On another occasion also, the tempest threatened to engulf the apostles, but Jesus said to them, having commanded the winds and the sea, “Where is your faith? why art you timid, have you then no faith?” In order to inspire us with a more lively confidence, our Lord Jesus Christ vouchsafed himself to teach us the prayer which we address to God, so that our heavenly Father, touched by the words of his own Son, might refuse us nothing which we ask in his name; for this he would have us call him by the sweet name of Father. But still not enough, in order to dispel all our diffidence, he carries his condescension even so far as to promise by a solemn oath to be always ready to listen to us. Amen, amen, dico vobis, si quid petientis, hoc faciam. “Timid souls,” he says, “I swear to you by myself, who am the way and the eternal truth; by myself, who hate falsehood, and who will punish perjury with eternal damnation; by myself, who can no more lie nor deceive than I can cease to be that which I am, I swear to you that I will grant what you ask of me.” These are thy promises, O my God, says Saint Augustine, and who can fear being deceived when he relies on the promises made by un-created Truth? When an upright man pledges you his word, you would believe that you erred if you showed after this any doubt or fear. “But if we receive the testimony of man,” says Saint John, ” His testimony of God, is it not greater?” Our divine Saviour holds himself so honoured by this confidence, that in a thousand passages in the gospel he attributes more to the miraculous efficacy of prayer than to his own mercy. Not saying to those who have recourse to him, “It is my goodness and my power,” but, “It is thy faith, thy confidence, which has saved thee.” Our Lord Jesus Christ revealed to Saint Gertrude that he who prayed to him with confidence was sure to obtain his request, that he could not do otherwise than listen to his prayers. “Whatever may be the grace you request,” says our Lord, “be sure of obtaining it, and it will be granted you.” This it is which Saint John Climacus expresses in a like manner, when he says, ” Every prayer offered up with confidence exercises over the heart of God a kind of violence, but a violence which is sweet and pleasing to him.” Saint Bernard compares the divine mercy to an abundant spring, and our confidence to the vessel which we make use of in order to draw these saving waters. The larger the vessel, the greater the abundance of the grace we shall bring away. Moreover, this is conformable to the prayer of the Psalmist, who sues for a mercy in proportion to his confidence. “Fiat misericordia tua Domine super nos, quemadmodum, speravimus in te.” = “Let thy mercy be upon us, O Lord, according to the hopes we have placed in thee.”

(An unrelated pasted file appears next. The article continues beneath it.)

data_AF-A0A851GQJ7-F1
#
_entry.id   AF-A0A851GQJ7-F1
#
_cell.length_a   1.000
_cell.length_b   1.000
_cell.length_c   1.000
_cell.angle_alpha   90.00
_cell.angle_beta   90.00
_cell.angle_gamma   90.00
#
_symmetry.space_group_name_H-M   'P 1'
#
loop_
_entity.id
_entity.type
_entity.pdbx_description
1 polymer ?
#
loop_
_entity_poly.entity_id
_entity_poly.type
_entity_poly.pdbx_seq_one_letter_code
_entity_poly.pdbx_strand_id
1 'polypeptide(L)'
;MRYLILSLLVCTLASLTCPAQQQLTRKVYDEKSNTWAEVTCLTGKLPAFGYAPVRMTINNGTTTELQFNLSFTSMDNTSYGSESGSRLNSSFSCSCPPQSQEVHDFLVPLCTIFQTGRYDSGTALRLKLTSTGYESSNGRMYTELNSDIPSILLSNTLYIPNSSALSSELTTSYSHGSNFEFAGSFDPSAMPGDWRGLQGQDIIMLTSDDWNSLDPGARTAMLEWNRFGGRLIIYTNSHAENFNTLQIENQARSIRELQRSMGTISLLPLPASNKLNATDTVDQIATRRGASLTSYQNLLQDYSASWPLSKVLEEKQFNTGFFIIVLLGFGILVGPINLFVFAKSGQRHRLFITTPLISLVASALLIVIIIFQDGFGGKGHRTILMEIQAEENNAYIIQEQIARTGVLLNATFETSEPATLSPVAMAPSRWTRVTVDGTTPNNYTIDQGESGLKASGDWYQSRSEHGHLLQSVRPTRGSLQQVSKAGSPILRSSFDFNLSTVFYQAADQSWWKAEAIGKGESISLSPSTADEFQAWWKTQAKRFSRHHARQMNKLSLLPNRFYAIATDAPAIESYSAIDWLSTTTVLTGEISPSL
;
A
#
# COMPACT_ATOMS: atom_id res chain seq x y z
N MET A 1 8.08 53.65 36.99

God has declared that he will protect and save all those who put their trust in him. “Let them be glad, then,” exclaims David; “let all those rejoice who hope in thee, O my God, for they shall be happy for all eternity, and thou wilt never cease to dwell in them.” He elsewhere says, “He who places his trust in the Lord shall dwell under the protection of the God of heaven.” “Yes, Lord,” says Saint Bernard, “it is hope alone which opens to us the treasure of thy mercies.” “The efficacy of prayer,” says Saint Thomas, “is drawn from faith, which believes in the promises of God, and confidence in the holy promises which he has made to us.”